Fastest McLaren yet will arrive with drastically different styling from the rest of Woking's range

McLaren has previewed some of the customisation options that will be offered to the 106 buyers of the upcoming 243mph-plus Speedtail hypercar, with a new teaser image showing an 18-carat white gold badge.

The Speedtail is the spiritual successor to the F1, which was released in 1993. Its twin-turbo V8 combusion engine will be augmented by an electric hybrid system for a combined power output in excess of 986bhp, far surpassing the F1’s 627bhp.

Previously known by its BP23 codename, the Speedtail will have a higher top speed than any McLaren ever produced. The company has yet to confirm an official maximum speed but is aiming for a figure beyond the F1’s 243mph.

Only 106 Speedtail models will be produced – and all have already been reserved, at £1.75 million (plus taxes) each. It will be officially revealed to owners in the coming weeks, with a public unveiling to follow on  26 October.

The newest teaser images focus on the car’s badge, one of a number of custom options that buyers will be able to specify. The badge shown was made by Birmingham-based specialist jeweller Vaughtons, and combines 18 carat white gold with carbonfibre inlays using new Thin Ply Technology. The front badge weighs 100 grams, and will be offered as a set of three as one of the tailoring options.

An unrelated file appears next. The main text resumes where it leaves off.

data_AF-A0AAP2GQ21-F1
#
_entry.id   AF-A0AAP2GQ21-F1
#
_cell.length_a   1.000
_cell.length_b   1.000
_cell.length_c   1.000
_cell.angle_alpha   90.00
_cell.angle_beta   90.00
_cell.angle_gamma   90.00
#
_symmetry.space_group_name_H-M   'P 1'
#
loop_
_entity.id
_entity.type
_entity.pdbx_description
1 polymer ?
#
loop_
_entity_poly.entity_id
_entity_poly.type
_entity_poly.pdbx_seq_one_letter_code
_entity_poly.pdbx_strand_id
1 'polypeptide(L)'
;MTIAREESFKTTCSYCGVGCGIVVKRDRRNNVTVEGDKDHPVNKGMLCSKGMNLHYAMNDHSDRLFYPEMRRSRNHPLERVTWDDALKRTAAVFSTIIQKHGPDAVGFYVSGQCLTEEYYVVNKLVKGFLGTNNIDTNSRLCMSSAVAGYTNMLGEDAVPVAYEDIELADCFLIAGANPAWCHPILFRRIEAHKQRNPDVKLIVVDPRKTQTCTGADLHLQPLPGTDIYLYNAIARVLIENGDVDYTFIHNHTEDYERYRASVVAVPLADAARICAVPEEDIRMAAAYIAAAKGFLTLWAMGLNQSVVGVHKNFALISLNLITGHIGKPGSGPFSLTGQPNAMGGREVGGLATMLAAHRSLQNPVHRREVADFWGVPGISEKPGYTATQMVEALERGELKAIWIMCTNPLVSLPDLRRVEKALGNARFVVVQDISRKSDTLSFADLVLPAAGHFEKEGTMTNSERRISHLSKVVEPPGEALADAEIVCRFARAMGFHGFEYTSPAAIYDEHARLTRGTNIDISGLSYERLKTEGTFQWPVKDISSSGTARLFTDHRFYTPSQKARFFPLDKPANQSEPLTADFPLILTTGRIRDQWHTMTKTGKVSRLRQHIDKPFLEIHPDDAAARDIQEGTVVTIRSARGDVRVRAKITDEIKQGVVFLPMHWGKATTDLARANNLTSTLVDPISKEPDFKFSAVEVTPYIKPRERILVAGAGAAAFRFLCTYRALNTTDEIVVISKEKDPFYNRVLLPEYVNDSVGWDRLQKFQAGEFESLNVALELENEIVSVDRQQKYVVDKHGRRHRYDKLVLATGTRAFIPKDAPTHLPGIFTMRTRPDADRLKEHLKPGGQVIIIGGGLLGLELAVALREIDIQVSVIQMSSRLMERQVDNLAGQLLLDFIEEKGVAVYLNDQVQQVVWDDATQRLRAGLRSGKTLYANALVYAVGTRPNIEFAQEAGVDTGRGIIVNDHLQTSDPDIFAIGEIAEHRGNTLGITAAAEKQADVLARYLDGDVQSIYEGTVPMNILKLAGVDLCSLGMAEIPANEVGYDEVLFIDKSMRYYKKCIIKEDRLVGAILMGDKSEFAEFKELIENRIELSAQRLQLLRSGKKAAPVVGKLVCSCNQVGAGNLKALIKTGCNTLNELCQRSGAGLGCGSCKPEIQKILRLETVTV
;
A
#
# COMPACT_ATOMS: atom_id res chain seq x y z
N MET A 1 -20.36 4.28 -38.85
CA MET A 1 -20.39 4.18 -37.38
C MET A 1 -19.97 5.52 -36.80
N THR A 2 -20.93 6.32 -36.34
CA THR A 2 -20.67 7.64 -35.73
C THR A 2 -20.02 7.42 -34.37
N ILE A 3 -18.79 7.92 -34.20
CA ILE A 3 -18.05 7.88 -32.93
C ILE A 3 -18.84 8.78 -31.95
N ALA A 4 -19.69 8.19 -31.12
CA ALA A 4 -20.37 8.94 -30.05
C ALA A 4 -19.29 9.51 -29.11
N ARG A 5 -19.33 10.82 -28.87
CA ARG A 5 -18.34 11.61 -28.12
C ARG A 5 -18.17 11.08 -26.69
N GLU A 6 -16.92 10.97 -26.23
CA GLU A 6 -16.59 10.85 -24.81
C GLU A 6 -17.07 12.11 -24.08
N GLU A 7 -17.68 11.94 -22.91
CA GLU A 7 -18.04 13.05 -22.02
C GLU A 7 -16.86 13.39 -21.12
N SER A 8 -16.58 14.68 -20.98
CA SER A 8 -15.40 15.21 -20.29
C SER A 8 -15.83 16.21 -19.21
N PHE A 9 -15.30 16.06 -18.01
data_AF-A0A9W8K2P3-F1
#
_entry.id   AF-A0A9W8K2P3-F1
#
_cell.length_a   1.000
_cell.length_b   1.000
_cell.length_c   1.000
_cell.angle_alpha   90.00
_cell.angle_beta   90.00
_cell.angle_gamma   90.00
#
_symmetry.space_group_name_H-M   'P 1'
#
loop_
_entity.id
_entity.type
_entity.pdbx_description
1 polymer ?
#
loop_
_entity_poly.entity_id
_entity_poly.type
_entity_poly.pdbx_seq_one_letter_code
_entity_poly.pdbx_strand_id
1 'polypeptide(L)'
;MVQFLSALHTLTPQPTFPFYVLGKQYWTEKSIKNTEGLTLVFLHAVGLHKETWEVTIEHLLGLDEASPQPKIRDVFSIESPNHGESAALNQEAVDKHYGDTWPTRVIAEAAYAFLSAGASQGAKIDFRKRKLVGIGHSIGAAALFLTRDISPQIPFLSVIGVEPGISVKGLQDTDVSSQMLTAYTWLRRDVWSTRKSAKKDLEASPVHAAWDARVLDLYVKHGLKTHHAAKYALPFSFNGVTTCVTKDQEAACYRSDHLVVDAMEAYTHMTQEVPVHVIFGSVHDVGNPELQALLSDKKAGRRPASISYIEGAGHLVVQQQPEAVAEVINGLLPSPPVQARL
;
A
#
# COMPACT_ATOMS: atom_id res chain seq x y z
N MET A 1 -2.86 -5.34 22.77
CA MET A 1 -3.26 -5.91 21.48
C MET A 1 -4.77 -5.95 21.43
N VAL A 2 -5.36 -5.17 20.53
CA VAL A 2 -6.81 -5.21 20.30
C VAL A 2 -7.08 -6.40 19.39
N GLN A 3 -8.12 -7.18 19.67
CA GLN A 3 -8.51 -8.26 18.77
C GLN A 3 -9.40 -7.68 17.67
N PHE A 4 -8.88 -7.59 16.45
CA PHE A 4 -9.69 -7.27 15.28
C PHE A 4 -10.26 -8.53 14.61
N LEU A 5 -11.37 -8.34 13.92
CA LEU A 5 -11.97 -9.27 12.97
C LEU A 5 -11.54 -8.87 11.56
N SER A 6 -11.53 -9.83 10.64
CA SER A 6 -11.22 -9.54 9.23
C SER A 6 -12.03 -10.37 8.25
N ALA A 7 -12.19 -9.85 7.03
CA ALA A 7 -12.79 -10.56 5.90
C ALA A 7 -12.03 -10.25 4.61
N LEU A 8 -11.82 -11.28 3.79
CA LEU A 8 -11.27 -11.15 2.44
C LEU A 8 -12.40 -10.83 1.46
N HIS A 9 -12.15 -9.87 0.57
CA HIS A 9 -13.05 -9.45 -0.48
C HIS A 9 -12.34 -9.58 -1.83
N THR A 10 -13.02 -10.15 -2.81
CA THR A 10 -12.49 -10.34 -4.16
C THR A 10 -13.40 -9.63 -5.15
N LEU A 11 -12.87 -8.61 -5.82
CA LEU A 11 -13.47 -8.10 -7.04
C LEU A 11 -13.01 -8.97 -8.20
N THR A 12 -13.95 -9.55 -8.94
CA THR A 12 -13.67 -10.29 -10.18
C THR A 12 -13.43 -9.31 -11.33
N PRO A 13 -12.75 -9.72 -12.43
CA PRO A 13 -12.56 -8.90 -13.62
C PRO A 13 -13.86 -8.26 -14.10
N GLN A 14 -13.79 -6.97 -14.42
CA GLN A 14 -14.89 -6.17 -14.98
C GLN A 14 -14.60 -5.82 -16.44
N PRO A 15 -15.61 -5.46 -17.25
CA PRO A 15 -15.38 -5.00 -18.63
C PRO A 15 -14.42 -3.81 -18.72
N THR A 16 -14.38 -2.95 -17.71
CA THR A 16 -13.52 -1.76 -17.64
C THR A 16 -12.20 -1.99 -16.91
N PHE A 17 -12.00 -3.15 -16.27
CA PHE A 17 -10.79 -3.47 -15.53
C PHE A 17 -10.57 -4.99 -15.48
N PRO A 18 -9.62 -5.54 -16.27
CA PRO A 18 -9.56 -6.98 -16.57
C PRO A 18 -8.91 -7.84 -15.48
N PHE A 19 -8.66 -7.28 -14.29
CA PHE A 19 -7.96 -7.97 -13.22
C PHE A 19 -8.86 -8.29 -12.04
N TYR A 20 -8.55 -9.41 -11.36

McLaren previously released a teaser image showing the Speedtail’s eponymous rear end, which suggests it will arrive with a distinctly different look from every other McLaren road car. With top speed being prioritised over lap times, it is unlikely to use the opinion-dividing additional aerodynamic upgrades found on the Senna hypercar. 

McLaren said the name is “evocative of a peak speed higher than any McLaren yet and sinuous, highly streamlined design”. It also said that it will be “the most luxurious” McLaren so far.

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The Speedtail is the third car in McLaren’s top-tier Ultimate Series, following the P1 and the recently launched Senna. This new model features a centrally mounted driving position flanked by two seats, an arrangement inspired by the F1 road car.

McLaren boss Mike Flewitt previously told Autocar that the Speedtail was “a long way along” in terms of its development: “We’re running the powertrain in a 720S mule. We haven’t got a full-body prototype yet.” Production will begin in late 2019 at the McLaren Production Centre.

The rebirth of a three-seat McLaren originated with a single customer request, which McLaren decided could be put into limited-series production.

Each Speedtail will be personalised by McLaren Special Operations, the bespoke engineering division.

Unlike with the Senna and P1 – which are more track-biased than the Speedtail grand tourer – a GTR version of the Speedtail is not expected.

Interestingly, Flewitt said earlier this year: “It would be fascinating to do a centre-seat track car. It would be perfect on a track, and easier to do as you need all sorts of legislation on the road. It’s not planned, or been asked for. We’re not planning one but it’s been thought of. I’m surprised someone hasn’t asked MSO.”

Speedtail speed and aerodynamics

McLaren confirmed at the Geneva motor show in March that the Speedtail will be the fastest McLaren made so far, exceeding the F1’s 243mph – at which point “it will still be accelerating”, said the car maker.